Is the painting a vast precaution to avoid total immobility, a wisdom which can include the partial doubt of the final destiny of its forms?  It may be this doubt that moves and locates everything.

Phillip Guston

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When is painting like life?  Always it seems.

The artist must fill the canvas and must fill it from what is within.  Create or perish. Live or die.  Doubt or believe.

Doubt can be, if we let it, the great immobilizer.  As such, it leads but to the great sleep, the dirt nap.  Death.

In the infantry you are taught that if you are caught in an ambush you must pick a direction and run right at it.  There is in combat no place for doubt. Decisions and action displace doubt.  To decide and act is to believe.  Doubt is deadly when in controls.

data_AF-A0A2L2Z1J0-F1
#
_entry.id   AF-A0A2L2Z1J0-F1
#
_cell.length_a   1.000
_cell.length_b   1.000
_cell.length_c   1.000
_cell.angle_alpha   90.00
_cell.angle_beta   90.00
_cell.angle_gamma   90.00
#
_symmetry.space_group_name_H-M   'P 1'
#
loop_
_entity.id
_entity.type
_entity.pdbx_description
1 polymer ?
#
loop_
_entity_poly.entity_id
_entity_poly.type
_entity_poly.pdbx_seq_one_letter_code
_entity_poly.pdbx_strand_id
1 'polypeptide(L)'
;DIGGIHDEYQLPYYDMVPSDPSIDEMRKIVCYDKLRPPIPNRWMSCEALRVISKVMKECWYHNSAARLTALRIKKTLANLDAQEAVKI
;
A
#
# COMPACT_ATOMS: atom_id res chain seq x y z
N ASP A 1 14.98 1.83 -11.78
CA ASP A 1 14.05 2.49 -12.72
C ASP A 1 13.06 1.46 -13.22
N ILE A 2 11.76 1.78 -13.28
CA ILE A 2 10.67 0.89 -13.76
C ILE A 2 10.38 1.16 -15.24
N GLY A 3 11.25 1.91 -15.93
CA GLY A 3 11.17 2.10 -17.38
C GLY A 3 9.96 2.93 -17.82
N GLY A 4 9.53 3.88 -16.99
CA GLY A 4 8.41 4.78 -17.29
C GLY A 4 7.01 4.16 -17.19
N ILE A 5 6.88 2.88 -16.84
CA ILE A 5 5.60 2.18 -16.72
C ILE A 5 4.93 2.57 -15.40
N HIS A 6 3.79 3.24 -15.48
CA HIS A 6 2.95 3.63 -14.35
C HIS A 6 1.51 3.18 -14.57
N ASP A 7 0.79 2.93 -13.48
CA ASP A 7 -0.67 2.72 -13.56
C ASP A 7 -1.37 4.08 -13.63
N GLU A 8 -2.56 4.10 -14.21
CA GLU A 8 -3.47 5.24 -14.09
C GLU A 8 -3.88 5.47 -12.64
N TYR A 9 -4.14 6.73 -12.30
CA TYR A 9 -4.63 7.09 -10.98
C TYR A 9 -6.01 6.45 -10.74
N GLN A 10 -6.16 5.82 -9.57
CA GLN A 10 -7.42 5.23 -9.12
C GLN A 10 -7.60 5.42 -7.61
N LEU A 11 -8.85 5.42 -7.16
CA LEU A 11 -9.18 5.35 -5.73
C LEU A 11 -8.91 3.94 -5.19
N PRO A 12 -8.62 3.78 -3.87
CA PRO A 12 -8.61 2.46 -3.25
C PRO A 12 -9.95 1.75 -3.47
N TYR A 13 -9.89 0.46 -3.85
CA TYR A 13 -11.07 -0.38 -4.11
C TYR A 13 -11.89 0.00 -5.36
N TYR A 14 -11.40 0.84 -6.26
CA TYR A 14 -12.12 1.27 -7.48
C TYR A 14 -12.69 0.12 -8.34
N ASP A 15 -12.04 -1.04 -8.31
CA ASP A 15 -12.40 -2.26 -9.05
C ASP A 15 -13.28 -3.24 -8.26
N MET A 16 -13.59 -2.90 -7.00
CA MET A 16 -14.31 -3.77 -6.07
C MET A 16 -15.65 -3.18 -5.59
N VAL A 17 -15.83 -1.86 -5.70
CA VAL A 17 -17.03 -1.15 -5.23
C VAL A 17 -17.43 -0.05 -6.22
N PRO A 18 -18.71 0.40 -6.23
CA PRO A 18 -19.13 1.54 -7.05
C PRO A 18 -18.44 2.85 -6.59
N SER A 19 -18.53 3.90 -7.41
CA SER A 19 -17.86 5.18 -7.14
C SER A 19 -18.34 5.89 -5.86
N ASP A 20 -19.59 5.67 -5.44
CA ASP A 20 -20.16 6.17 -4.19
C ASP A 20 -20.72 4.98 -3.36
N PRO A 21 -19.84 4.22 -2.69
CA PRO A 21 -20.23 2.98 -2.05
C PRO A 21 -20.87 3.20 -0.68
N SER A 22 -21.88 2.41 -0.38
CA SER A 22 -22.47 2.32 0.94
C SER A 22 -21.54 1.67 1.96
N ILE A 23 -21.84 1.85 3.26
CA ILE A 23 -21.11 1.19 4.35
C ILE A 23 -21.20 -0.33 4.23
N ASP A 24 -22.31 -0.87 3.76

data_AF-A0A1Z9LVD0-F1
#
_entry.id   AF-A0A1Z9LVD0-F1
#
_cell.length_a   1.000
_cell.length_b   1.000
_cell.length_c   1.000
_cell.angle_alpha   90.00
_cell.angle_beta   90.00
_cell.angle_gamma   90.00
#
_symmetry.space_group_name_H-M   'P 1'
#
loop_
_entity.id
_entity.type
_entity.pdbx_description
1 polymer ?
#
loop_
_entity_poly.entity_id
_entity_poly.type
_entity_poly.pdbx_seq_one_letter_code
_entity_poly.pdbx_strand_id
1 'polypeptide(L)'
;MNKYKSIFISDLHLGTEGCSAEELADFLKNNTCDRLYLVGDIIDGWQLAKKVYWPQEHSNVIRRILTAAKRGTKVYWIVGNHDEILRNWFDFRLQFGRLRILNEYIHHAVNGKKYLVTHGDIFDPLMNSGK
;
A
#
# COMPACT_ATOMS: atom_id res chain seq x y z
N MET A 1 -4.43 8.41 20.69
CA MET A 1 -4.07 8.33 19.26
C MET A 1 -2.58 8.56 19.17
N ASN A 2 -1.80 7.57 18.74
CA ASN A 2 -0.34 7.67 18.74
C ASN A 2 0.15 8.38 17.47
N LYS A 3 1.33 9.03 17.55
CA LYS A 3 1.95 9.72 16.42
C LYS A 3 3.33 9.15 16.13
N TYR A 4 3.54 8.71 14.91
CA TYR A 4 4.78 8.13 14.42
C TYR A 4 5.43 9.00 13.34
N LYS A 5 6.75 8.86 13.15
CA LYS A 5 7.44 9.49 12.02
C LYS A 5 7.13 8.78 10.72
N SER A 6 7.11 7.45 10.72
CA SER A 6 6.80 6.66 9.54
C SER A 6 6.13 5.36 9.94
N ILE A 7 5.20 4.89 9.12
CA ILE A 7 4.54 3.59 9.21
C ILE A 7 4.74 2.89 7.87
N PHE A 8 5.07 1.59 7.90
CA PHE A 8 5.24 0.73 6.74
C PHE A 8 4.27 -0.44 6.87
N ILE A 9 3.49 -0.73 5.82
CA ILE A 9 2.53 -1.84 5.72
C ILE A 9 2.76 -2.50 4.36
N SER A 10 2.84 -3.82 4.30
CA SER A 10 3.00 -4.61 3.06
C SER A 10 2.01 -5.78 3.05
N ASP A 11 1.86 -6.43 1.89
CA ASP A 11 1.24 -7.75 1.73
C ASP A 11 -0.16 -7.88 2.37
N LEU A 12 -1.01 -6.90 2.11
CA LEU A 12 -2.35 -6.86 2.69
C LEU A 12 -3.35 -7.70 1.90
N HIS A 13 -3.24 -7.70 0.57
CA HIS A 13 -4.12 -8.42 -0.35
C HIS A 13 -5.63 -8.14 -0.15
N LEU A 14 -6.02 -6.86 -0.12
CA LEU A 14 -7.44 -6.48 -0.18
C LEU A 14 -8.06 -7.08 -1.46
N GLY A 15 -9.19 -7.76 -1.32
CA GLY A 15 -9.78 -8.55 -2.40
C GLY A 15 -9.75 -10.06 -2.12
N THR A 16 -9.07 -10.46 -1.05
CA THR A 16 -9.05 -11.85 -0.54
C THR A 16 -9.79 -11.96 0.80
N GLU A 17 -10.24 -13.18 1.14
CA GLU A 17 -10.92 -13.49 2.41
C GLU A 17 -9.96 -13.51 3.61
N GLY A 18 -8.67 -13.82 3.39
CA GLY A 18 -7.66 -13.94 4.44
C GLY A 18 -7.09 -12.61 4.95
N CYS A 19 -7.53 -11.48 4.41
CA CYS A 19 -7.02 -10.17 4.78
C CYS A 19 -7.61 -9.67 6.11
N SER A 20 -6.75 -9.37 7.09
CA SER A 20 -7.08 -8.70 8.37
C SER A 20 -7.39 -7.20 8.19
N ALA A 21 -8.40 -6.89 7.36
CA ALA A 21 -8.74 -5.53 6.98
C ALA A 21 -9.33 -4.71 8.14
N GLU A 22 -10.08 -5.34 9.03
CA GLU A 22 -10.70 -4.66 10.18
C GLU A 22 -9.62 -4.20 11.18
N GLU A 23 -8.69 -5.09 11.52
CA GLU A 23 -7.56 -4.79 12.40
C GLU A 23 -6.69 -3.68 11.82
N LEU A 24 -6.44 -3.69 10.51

Yes, doubt is natural to us – but it beckons belief: decision, choice, action.

We live in a time of misplaced belief.  God is less a choice than self.  We are doubters in what is not us.  We trust our affectations, the image we project. We are, I suppose, more performance artists than painters, fine art painters.  When we all perform for one another who is in the audience?  Is the show not wasted? Effectively unseen, unattended?

Yes, we move about but are we lost?  Do we speak wisdom in movement?  Tell a truth?  Reach beyond mortality?

Doubt can cause movement, but not purposeful movement – more frenzy than graceful stride.  Does the walk, its pace say, “I believe, I am at peace, all is well with me.”

Painting like life.  Does doubt dominate?  It best not.

Then he said to Thomas, “Put your finger here and see my hands.  Reach out your hand and put it in my side.  Do not doubt but believe.”

Jn 20:27